Back in Rome, which is where I meant to resume. These two photos are of the church of St Ivo della Sapienzia, a Borromini church, notable for its spiral belfry, and (according to the guide book) for its astonishing complexity, and an ingenious combination of concave and convex surfaces. Borromini and Bernini worked together, but then fell out, and were rivals. But the two of them made Rome what it is today. Borromini was a complicated and difficult man, and in his later years suffered from feverish melancholia. This eventually led him to fall on his sword, but he did not die immediately and suffered horribly.


Laura Jane said...

The Pitti Palace is a tricky place for setting off the alarms! We did the same thing.

I recognised the San Lorenzo mercato! Isn't it wonderful? And I agree with you about the Medici is quite staggering, an absolute masterpiece in pietra dura, if gaudy. Did you go into the reliquary? Bizarre things they are....and we have a soft spot for the basketweave casket in the San Lorenzo chapel as well. The interior was quite interesting, along with the Donatelli (?) woodcarved altarpieces.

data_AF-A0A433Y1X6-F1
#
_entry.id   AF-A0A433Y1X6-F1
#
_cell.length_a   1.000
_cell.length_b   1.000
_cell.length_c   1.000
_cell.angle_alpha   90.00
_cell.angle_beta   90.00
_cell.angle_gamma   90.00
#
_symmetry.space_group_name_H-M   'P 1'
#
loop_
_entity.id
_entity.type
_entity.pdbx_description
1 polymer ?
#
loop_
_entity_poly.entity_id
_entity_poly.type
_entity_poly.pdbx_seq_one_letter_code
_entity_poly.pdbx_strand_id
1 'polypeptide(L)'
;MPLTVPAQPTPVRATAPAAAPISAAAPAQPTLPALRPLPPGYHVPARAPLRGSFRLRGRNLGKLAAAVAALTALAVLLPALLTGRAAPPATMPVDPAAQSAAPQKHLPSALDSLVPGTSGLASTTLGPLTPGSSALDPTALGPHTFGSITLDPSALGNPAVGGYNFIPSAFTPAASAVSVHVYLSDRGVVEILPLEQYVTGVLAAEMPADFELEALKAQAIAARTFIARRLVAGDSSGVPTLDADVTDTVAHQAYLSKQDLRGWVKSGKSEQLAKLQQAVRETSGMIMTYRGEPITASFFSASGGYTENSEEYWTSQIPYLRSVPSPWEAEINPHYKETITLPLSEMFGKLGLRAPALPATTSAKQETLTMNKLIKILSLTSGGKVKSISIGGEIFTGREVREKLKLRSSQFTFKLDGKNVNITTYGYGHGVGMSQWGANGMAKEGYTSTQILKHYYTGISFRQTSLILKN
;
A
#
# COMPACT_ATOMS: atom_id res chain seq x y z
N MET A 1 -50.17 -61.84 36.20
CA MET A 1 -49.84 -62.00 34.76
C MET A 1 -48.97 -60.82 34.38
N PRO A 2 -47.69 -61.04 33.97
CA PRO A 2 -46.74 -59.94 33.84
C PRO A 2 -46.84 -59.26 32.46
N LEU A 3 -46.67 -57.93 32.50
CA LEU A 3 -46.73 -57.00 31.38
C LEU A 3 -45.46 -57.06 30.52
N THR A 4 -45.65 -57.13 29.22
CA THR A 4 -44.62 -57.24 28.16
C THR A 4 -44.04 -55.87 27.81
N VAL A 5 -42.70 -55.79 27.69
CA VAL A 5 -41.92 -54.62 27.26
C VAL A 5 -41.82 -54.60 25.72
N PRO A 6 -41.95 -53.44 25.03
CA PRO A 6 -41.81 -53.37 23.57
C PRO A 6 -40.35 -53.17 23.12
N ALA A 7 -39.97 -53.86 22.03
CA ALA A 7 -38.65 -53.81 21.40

Ah, Italy, you'd never feel you'd finished with it, really. I'd go back ANY time!

Pam said...

Ah, Florence - it's on the list of places we must go. I'm interested in your Rome pictures - you seem to have done things that we didn't, last year. The world is too big and there's too little time to see it!

Meggie said...

I agree with Isabelle. Too large, too little time!

Anonymous said...

I recognised Florence and the Arno instantly. Another great post, and now you've set me off longing -- I feel a need to read A Room with a View again, or something else with a Florentine flavour!

molly said...

I had a suspicion before, but now I'm convinced. I'm living in a wasteland! I have a serious case of Italy envy!
I do hope you rewarded your poser by at least buying him a belt to hold up his trousers?

Anonymous said...

Love the photos, thank you for taking me along with you there!